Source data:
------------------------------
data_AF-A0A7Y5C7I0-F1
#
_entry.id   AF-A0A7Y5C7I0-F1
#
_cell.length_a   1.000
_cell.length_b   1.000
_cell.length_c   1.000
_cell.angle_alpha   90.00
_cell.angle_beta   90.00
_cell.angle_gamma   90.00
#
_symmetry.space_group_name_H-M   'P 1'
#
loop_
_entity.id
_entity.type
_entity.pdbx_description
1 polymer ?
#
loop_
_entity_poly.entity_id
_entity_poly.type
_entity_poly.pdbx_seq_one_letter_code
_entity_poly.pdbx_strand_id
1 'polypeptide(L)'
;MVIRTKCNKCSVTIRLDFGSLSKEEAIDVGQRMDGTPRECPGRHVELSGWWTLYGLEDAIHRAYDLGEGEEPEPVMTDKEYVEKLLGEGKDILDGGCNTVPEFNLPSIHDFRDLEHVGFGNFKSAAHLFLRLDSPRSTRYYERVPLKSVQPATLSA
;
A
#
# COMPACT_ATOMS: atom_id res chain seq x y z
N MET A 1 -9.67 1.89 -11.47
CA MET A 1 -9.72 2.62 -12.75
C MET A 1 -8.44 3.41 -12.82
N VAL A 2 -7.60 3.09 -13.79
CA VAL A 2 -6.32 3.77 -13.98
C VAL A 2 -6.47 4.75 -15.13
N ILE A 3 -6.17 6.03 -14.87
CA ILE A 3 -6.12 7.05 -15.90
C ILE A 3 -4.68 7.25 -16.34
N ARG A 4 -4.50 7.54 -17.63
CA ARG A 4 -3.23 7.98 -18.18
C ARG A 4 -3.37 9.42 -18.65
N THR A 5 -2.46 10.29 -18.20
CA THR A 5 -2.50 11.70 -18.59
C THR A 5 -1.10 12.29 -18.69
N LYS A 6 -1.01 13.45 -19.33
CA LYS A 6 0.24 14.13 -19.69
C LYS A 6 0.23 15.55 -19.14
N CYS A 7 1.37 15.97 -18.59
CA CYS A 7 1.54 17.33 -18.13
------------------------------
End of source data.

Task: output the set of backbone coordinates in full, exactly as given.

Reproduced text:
data_AF-A0A7Y5C7I0-F1
#
_entry.id   AF-A0A7Y5C7I0-F1
#
_cell.length_a   1.000
_cell.length_b   1.000
_cell.length_c   1.000
_cell.angle_alpha   90.00
_cell.angle_beta   90.00
_cell.angle_gamma   90.00
#
_symmetry.space_group_name_H-M   'P 1'
#
loop_
_entity.id
_entity.type
_entity.pdbx_description
1 polymer ?
#
loop_
_entity_poly.entity_id
_entity_poly.type
_entity_poly.pdbx_seq_one_letter_code
_entity_poly.pdbx_strand_id
1 'polypeptide(L)'
;MVIRTKCNKCSVTIRLDFGSLSKEEAIDVGQRMDGTPRECPGRHVELSGWWTLYGLEDAIHRAYDLGEGEEPEPVMTDKEYVEKLLGEGKDILDGGCNTVPEFNLPSIHDFRDLEHVGFGNFKSAAHLFLRLDSPRSTRYYERVPLKSVQPATLSA
;
A
#
# COMPACT_ATOMS: atom_id res chain seq x y z
N MET A 1 -9.67 1.89 -11.47
CA MET A 1 -9.72 2.62 -12.75
C MET A 1 -8.44 3.41 -12.82
N VAL A 2 -7.60 3.09 -13.79
CA VAL A 2 -6.32 3.77 -13.98
C VAL A 2 -6.47 4.75 -15.13
N ILE A 3 -6.17 6.03 -14.87
CA ILE A 3 -6.12 7.05 -15.90
C ILE A 3 -4.68 7.25 -16.34
N ARG A 4 -4.50 7.54 -17.63
CA ARG A 4 -3.23 7.98 -18.18
C ARG A 4 -3.37 9.42 -18.65
N THR A 5 -2.46 10.29 -18.20
CA THR A 5 -2.50 11.70 -18.59
C THR A 5 -1.10 12.29 -18.69
N LYS A 6 -1.01 13.45 -19.33
CA LYS A 6 0.24 14.13 -19.69
C LYS A 6 0.23 15.55 -19.14
N CYS A 7 1.37 15.97 -18.59
CA CYS A 7 1.54 17.33 -18.13